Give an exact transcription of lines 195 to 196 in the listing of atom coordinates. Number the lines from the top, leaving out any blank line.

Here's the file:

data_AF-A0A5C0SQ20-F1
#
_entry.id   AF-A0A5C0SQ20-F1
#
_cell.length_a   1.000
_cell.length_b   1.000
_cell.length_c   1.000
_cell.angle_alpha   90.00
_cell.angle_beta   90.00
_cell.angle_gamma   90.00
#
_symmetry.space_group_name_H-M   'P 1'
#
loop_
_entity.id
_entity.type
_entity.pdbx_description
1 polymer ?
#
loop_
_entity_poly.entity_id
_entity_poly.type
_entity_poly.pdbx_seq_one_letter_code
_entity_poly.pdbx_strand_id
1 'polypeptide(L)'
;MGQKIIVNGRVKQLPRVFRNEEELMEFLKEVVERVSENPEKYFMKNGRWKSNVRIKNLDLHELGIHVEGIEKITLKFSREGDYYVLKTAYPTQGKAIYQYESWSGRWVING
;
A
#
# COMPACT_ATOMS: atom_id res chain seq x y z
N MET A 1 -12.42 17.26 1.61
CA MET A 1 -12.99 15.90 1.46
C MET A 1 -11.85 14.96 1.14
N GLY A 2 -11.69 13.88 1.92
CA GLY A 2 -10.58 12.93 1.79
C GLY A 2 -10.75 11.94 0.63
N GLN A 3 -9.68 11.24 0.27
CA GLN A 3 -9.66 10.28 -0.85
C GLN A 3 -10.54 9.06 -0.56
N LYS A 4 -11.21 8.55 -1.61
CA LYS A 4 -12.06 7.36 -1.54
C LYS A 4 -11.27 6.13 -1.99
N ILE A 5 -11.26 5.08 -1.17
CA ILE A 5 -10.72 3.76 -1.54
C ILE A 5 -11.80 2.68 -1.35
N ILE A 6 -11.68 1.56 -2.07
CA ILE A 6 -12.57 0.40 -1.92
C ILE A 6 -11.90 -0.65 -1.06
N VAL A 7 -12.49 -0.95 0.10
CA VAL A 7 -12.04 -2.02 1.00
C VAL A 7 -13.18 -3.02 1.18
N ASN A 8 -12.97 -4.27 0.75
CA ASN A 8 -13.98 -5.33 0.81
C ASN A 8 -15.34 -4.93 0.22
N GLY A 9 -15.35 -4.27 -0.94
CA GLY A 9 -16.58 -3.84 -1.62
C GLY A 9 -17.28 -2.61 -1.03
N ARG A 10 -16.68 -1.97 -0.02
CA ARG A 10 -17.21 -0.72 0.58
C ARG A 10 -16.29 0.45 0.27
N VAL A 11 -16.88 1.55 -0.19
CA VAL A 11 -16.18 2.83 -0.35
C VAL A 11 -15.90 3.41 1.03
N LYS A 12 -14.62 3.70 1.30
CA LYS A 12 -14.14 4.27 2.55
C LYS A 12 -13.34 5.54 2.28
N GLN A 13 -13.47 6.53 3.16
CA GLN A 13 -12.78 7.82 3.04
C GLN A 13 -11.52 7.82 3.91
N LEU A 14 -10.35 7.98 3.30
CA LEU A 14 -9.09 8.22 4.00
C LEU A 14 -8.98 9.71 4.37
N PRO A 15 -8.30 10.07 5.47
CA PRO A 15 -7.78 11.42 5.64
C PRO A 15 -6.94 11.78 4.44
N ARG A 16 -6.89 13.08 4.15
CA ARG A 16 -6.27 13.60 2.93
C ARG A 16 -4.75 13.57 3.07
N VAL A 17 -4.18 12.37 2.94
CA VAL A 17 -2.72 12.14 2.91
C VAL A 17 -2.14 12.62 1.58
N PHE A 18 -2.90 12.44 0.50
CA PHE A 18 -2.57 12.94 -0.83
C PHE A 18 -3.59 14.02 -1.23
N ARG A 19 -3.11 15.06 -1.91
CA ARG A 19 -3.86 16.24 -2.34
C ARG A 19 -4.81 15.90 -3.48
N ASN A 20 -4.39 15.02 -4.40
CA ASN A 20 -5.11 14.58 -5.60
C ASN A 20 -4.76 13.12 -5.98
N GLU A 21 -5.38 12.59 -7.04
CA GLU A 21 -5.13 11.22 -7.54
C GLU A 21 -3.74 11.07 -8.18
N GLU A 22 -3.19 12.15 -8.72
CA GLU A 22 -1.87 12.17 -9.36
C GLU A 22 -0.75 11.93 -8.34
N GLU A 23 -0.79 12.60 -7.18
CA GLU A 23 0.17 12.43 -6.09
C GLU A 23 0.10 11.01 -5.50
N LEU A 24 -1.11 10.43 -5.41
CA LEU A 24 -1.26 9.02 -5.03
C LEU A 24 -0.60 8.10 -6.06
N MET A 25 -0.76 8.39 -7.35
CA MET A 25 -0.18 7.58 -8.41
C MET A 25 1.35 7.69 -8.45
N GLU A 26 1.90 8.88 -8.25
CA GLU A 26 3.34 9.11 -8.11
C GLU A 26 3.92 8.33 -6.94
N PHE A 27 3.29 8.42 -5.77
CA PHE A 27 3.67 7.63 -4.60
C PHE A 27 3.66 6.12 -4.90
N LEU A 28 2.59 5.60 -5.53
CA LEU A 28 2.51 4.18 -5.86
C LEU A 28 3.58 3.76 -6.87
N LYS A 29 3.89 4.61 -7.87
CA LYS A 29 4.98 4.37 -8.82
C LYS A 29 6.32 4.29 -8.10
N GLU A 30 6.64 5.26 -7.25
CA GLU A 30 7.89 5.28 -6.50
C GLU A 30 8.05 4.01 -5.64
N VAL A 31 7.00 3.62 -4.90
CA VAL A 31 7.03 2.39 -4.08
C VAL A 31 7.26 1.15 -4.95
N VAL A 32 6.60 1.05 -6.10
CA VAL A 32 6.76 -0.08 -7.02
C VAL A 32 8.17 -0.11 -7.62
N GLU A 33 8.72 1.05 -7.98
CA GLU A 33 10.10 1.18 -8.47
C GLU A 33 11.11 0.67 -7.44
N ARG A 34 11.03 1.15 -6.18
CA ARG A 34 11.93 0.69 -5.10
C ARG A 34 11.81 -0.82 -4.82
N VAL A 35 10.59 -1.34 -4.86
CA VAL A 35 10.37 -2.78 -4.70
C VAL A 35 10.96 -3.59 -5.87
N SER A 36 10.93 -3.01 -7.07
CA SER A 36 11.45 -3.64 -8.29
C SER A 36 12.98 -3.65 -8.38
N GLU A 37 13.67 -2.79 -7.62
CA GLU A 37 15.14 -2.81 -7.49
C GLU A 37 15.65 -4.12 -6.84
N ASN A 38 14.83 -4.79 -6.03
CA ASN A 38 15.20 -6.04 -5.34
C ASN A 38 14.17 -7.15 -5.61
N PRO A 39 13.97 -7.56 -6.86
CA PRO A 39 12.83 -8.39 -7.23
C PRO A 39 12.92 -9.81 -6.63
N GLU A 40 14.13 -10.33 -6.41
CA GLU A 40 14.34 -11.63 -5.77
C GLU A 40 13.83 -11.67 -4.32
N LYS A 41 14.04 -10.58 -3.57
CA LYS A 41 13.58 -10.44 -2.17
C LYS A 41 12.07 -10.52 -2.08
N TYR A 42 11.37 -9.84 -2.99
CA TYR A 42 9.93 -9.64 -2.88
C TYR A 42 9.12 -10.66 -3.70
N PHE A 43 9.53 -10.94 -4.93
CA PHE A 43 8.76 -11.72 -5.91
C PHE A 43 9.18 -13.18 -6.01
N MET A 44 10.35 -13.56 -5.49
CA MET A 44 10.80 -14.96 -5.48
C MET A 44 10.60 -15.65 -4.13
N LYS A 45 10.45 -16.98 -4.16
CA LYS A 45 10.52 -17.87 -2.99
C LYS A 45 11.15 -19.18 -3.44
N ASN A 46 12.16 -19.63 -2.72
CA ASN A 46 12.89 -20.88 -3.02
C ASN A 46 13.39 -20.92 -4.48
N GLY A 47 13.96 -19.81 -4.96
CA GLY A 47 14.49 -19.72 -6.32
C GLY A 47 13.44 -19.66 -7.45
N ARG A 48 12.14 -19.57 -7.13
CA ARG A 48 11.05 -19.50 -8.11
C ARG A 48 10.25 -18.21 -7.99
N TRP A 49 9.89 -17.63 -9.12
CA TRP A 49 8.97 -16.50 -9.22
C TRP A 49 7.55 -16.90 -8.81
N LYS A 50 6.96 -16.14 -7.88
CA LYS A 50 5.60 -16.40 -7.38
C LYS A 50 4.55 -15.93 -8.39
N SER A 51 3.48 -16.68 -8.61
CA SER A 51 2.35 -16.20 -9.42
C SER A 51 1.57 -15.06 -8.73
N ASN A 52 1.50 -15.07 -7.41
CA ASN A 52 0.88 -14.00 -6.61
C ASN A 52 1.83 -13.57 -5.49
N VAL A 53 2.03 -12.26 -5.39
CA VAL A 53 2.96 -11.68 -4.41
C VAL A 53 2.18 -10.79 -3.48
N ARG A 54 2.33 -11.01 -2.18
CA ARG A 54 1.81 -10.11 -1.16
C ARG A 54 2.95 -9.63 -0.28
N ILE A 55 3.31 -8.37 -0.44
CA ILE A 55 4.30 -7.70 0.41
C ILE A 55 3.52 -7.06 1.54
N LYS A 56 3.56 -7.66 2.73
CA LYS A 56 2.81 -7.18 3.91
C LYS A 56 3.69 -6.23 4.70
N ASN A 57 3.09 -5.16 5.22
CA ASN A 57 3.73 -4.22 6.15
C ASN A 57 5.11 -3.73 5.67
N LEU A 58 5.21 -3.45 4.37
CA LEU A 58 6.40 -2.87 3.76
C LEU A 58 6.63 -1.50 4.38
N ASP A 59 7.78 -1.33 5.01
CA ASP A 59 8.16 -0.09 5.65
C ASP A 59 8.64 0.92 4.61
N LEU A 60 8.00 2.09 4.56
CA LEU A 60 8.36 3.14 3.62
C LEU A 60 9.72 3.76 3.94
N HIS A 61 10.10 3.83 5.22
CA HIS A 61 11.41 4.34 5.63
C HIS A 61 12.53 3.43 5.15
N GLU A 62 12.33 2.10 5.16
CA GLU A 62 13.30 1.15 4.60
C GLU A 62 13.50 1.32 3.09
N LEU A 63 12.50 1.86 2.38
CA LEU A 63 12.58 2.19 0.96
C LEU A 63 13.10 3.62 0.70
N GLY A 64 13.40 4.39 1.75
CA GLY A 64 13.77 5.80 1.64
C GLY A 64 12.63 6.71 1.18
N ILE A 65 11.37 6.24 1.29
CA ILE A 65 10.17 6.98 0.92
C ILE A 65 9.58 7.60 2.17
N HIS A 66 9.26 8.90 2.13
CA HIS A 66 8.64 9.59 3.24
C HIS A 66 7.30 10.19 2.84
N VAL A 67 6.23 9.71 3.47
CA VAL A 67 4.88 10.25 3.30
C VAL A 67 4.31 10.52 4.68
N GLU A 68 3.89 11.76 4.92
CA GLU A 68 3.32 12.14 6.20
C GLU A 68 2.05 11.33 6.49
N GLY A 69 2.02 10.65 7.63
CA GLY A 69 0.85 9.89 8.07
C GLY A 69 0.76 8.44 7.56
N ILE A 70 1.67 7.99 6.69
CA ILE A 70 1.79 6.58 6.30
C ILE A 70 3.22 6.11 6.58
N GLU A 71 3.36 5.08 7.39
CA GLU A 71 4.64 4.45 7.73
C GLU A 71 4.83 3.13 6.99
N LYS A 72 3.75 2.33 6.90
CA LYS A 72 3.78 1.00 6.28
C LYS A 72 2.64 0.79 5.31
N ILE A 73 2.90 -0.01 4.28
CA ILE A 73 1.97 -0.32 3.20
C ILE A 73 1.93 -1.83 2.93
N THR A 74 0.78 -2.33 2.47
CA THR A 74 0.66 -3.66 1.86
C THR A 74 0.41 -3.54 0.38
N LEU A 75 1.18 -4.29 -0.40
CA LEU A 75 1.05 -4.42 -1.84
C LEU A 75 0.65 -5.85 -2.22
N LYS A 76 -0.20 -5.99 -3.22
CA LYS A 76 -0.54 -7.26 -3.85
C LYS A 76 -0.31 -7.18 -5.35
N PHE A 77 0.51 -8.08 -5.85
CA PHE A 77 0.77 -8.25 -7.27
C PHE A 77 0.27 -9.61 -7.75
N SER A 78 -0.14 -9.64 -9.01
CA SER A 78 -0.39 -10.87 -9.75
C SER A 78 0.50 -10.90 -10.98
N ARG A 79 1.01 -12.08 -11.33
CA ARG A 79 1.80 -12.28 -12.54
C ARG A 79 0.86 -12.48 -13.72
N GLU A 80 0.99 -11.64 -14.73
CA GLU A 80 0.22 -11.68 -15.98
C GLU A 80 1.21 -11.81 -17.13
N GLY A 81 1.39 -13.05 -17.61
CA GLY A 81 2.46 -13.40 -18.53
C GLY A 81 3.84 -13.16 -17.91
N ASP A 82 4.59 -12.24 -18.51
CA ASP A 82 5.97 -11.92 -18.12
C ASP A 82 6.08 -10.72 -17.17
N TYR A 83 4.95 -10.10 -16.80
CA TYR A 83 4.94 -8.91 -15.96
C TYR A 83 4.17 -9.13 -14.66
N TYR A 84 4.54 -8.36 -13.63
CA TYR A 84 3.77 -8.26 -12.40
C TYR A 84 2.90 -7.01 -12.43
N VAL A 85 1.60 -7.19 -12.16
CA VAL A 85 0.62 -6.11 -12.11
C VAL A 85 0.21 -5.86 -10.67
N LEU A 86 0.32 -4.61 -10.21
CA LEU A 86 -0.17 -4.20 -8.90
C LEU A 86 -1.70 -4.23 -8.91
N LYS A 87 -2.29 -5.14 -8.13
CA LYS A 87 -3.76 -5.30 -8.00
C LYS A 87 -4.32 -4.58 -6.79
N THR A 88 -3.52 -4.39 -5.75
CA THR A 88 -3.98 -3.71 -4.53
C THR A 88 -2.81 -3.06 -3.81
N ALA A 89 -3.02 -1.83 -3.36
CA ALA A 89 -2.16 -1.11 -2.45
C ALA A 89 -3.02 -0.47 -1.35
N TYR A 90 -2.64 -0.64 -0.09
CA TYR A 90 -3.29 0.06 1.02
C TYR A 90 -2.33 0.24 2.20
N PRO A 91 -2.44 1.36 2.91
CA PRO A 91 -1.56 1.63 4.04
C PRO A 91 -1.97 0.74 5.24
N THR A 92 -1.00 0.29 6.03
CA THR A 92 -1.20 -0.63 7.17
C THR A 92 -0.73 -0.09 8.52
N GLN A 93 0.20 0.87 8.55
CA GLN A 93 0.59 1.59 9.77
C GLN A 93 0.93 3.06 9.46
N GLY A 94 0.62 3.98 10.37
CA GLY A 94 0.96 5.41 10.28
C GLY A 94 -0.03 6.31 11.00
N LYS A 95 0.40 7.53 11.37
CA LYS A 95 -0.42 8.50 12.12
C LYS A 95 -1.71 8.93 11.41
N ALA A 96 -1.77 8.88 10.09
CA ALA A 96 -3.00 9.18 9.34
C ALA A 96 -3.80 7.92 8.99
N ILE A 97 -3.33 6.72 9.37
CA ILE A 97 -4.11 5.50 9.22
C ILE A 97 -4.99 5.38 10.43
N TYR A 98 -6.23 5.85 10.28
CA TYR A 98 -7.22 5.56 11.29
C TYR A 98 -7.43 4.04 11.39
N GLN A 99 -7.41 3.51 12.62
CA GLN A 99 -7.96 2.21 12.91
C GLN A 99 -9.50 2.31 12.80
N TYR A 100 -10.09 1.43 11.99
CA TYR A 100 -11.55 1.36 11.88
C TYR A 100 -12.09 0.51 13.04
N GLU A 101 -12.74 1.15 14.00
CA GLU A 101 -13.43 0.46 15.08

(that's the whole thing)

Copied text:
C ILE A 55 3.52 -7.06 1.54
N LYS A 56 3.56 -7.66 2.73